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### Course: Algebra (all content)>Unit 13

Lesson 7: Direct and inverse variation

# Intro to direct & inverse variation

Sal explains what it means for quantities to vary directly or inversely, and gives many examples of both types of variation. Created by Sal Khan.

## Want to join the conversation?

• This might be a stupid question, but why do we use "k" as the constant?
• I would imnagine it is from the German "konstant."
• Does an inverse variation represent a line? Also, are these directly connected with functions and inverse functions?
• How can π*x be direct variation? Pi is irrational, and keeps going on and on, so there would be no exact scale for both x and y. Thank you for the help!
• The number pi is not going anywhere. It is fixed somewhere between 3 and 4. The y-scale could be indexed by pi itself.
• Why is 4x + 3y = 24 an equation that does not represent direct variation?
• The reason is that y doesn't vary by the same proportion that x does (because of the constant, 24).

In your equation, "y = -4x/3 + 6", for x = 1, 2, and 3, you get y = 4 2/3, 3 1/3, and 2. For x = -1, -2, and -3, y is 7 1/3, 8 2/3, and 10. Notice that as x doubles and triples, y does not do the same, because of the constant 6.

To quote zblakley from his answer here 5 years ago:
"The difference between the values of x and y is not what dictates whether the variation is direct or inverse. What is important is the factor by which they vary. While y becomes more negative as x becomes more positive, they will still vary by the same factor (i.e. if you increase x from 1 to 4 that's a factor of 4, the value of y [in y = -2x] will go from -2 (when x=1) to -8 (when x=4) which is also a factor of 4).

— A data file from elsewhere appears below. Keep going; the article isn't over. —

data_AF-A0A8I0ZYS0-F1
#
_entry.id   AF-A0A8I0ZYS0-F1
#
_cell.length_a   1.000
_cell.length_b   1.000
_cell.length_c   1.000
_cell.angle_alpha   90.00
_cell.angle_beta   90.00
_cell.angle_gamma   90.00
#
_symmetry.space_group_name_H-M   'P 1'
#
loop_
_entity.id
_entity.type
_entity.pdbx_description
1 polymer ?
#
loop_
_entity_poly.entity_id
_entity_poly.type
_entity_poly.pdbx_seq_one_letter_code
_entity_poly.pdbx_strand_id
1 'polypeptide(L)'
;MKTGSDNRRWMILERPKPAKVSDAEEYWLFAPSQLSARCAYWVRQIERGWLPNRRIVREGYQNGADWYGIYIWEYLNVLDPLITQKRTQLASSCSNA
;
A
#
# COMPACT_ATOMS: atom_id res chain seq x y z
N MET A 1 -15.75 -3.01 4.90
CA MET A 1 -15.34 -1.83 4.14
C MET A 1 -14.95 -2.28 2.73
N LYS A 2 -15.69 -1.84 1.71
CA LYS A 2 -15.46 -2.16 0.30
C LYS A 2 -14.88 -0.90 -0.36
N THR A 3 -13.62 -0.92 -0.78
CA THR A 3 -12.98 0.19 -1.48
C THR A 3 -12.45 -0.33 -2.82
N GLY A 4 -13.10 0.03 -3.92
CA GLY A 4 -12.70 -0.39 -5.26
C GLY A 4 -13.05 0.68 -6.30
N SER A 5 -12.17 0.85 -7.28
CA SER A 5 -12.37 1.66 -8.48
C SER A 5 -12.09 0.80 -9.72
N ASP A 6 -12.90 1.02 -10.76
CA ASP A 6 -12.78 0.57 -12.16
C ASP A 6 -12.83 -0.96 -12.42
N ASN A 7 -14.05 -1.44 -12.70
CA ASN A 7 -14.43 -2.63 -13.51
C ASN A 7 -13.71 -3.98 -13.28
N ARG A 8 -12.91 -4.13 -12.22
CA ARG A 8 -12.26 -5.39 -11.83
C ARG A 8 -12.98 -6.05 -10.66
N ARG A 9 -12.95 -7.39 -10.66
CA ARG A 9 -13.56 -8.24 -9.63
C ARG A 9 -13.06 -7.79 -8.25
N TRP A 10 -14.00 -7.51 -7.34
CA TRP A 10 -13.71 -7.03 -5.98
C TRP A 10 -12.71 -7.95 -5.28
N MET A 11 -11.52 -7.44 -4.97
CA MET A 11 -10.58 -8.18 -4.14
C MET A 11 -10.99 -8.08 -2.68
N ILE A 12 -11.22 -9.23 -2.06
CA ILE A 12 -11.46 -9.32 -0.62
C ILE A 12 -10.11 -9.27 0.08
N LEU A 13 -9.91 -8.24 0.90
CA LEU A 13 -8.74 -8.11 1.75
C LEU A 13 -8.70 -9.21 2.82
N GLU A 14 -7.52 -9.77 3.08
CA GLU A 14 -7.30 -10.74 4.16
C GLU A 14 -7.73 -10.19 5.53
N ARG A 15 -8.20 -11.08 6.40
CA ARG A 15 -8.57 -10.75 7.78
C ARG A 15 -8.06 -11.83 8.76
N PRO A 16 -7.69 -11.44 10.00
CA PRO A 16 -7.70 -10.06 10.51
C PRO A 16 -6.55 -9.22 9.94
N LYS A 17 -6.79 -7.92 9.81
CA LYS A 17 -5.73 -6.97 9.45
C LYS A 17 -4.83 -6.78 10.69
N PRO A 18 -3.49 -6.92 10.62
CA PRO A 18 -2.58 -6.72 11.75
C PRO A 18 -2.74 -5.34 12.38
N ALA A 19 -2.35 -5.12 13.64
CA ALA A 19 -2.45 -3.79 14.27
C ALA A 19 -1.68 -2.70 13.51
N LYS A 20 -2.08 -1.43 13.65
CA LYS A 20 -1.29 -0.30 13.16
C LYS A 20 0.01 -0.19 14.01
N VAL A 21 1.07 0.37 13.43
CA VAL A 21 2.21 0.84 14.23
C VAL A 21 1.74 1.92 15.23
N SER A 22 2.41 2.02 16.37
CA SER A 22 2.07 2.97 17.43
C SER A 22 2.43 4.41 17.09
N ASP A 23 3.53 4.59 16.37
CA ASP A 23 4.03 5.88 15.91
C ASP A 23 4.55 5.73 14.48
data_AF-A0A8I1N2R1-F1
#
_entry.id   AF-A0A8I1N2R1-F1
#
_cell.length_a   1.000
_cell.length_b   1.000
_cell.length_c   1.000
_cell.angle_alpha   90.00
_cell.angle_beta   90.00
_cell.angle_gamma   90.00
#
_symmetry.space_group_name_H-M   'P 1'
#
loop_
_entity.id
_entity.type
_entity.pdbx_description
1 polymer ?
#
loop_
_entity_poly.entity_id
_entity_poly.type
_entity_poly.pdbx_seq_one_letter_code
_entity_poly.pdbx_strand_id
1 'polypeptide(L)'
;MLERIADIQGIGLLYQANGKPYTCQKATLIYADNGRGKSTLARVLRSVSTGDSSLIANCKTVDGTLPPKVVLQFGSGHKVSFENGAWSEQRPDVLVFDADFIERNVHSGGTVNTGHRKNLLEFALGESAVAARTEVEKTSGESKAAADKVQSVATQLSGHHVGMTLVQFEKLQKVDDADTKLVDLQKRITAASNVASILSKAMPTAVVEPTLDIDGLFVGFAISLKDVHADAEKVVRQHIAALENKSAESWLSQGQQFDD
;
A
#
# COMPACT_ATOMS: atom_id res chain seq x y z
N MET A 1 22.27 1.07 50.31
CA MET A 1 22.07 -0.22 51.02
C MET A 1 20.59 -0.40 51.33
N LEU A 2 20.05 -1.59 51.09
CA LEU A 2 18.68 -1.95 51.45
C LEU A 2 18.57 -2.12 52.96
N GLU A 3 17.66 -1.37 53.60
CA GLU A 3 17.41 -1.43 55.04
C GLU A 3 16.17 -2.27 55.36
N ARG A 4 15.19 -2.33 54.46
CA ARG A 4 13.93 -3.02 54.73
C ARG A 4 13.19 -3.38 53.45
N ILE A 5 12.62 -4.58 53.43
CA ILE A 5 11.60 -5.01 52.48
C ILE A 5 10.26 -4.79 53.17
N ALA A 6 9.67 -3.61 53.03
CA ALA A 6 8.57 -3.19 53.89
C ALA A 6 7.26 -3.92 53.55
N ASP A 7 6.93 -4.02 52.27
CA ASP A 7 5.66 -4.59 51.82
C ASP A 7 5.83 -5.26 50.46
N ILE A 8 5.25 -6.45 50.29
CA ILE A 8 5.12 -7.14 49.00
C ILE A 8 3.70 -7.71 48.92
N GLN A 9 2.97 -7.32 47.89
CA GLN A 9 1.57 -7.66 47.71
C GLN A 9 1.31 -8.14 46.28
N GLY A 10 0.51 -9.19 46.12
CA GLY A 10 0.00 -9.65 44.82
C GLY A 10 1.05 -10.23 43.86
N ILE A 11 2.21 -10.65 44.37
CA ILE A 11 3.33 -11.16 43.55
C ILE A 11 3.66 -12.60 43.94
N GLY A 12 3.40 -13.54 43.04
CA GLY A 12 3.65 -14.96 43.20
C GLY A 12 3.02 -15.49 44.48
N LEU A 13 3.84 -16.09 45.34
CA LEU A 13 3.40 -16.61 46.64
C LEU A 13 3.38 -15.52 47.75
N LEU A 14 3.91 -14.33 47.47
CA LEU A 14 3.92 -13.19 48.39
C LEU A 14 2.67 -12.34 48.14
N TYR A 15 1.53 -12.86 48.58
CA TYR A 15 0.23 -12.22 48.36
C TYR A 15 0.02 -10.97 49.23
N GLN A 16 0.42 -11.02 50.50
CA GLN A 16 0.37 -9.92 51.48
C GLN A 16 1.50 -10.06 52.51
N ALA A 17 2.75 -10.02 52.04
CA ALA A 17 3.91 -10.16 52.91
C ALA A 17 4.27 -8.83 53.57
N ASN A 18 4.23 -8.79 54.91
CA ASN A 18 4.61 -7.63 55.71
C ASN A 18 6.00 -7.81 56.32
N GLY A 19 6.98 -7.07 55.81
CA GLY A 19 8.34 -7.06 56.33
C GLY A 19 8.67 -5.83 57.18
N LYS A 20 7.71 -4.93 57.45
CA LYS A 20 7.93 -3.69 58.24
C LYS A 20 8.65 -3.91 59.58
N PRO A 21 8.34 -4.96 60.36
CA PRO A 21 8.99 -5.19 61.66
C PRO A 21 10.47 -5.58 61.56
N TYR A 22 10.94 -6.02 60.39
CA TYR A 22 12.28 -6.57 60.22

• I see comments about problems in a practice section. Besides the 3 questions about recognizing direct and inverse variations, are there practice problems anywhere?
• At about , (when talking about direct variation) Sal says that "in general... if y varies directly with x... x varies directly with y." Are there any cases where this is not true? In other words, are there any cases when x does not vary directly with y, even when y varies directly with x?
Thanks!
• I don't get what varies means? Can someone tell me.
• "Varies" refers to how one variable changes in relationship to the other variable.
• i know this is a wierd question but what do you do when in a direct variation when your trying to find K what do you do when X wont go into Y evenly? do you just use decimal form or fraction form?
• You can use the form that you prefer; the two are equivalent. In the Khan A. exercises, accepted answers are simplified fractions and decimal answers (except in some exercises specifically about fractions and decimals). If you're not sure of the format to use, click on the "Accepted formats" button at the top right corner of the answer box.
• At , where you give the formula for inverse variation, I am confused. The formula that my teacher gave us was ( y = k/x ) Please help and thanks so much!!
• Both your teacher's equation ( y = k / x) and Sal's equation ( y = k * 1/x) mean the same thing, like they will equal the same number. To show this, let's plug in some numbers.

How about x = 2 and k = 4?

``y = k / xy = 4 / 2y = 2``

and now Sal's:

``y = k * 1/xy = 4 * 1/2 (Since we know 1/2 equals .5, let's use that instead, usually people understand decimals better for multiplying, but it means the exact same as 1/2)y = 4 * .5(We are essentially taking half of 4)y = 2``

Would you like me to explain why? It takes a bit of explaining on fractions and how they work :)

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If you want to see how we would multiply 4 * 1/2, here's a picture I drew to explain it =

http://i.imgur.com/EkViZOw.png